Linked by Thom Holwerda on Wed 20th Dec 2017 23:04 UTC

Mark Gurman:

Starting as early as next year, software developers will be able to design a single application that works with a touchscreen or mouse and trackpad depending on whether it's running on the iPhone and iPad operating system or on Mac hardware, according to people familiar with the matter.

Developers currently must design two different apps - one for iOS, the operating system of Apple's mobile devices, and one for macOS, the system that runs Macs. That's a lot more work. What's more, Apple customers have long complained that some Mac apps get short shrift. For example, while the iPhone and iPad Twitter app is regularly updated with the social network's latest features, the Mac version hasn't been refreshed recently and is widely considered substandard. With a single app for all machines, Mac, iPad and iPhone users will get new features and updates at the same time.

Apple currently plans to begin rolling out the change as part of next fall's major iOS and macOS updates, said the people, who requested anonymity to discuss an internal matter. The secret project, codenamed "Marzipan", is one of the tentpole additions for next year's Apple software road map. Theoretically, the plan could be announced as early as the summer at the company's annual developers conference if the late 2018 release plan remains on track. Apple's plans are still fluid, the people said, so the implementation could change or the project could still be canceled.

This is a massive change in Apple's direction. The company and its supporters have always held fast to the concept that there should be two distinct and different operating systems with two distinct and different user interfaces, very much the opposite of what Microsoft is still trying to do with Windows Metro applications and their Surface line-up. This change is basically a complete embrace of Microsoft's vision for the future of computing.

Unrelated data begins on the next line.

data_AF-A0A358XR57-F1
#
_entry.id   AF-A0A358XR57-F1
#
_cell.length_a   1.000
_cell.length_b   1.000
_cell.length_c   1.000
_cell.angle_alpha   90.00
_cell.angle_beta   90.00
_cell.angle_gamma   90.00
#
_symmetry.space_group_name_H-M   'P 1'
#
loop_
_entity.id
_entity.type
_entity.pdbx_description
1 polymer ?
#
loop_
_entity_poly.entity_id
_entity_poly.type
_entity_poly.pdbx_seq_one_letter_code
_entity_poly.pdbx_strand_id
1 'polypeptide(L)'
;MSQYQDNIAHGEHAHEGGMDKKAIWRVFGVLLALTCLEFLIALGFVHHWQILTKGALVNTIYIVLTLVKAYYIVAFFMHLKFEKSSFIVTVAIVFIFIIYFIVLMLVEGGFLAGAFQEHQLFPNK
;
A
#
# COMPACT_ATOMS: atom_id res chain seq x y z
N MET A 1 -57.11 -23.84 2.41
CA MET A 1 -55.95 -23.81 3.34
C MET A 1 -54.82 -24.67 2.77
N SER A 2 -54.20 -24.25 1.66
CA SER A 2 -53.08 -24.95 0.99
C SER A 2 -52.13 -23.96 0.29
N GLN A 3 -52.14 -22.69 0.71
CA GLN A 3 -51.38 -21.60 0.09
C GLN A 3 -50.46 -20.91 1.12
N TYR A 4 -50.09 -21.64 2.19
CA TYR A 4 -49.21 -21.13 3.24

This will have tremendous consequences for both iOS and macOS. For iOS, it probably means we get more advanced, fuller-featured applications, and I think this also pretty much confirms we're going to see a mouse pointer and trackpad/mouse support on iOS in the very near future - just as I predicted earlier this year. For macOS, it might mean a broader base of applications to choose from, but also possibly a dumbing-down of existing applications. A number of Apple applications already work very much like the article states, and they certainly lost functionality on the macOS side of things.

On the more speculative side, this could be the next step in deprecating macOS, which is, in my unfounded opinion, still Apple's ultimate goal here. Note how Apple isn't bringing macOS applications to iOS, but vice versa. Make of that what you will, but I wouldn't have too much faith in the long term viability of macOS as a platform distinct and separate from iOS.

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maybe final straw
by rgs3542 on Thu 21st Dec 2017 20:28 UTC
Member since:

If Apple deprecates macOS for iOS, then that might be the final straw. I have an olde and ancient (2009) Lenovo ThinkPad which outperforms my MacBook Pro hands down. The only thing I can't do running Linux on the T500 is iMessage. The way Apple is stripping all the functionality out of the hardware is not helping, either. I think my next computer will be a Lenovo TP running some form of Linux. This from an old Apple hand with his original 128K Mac in basement and working. We'll see how this all plays out.

Reply Score: 3

RE: maybe final straw
by bryanv on Fri 22nd Dec 2017 16:36 in reply to "maybe final straw"
bryanv Member since:

I agree.

(Posted from my Dell Precision 2250 that I purchased instead of those toy MBPs with the touchyflashything at the top and a terrible keyboard.)

Reply Parent Score: 3

RE: maybe final straw
by Moochman on Fri 22nd Dec 2017 23:49 in reply to "maybe final straw"
Moochman Member since:

Me too. I've been on Mac for about 10 years now and am seriously thinking my next laptop will be Linux (or maybe even Windows if only for the touchscreen).

Thing is, I don't even feel like Mac has gotten worse software-wise. For the most part it's gotten better, it at times in fits and starts. But the hardware and the company politics as a whole have become less and less appealing IMHO. Microsoft on the other hand almost seems cool these days.

Edited 2017-12-22 23:51 UTC

Reply Parent Score: 3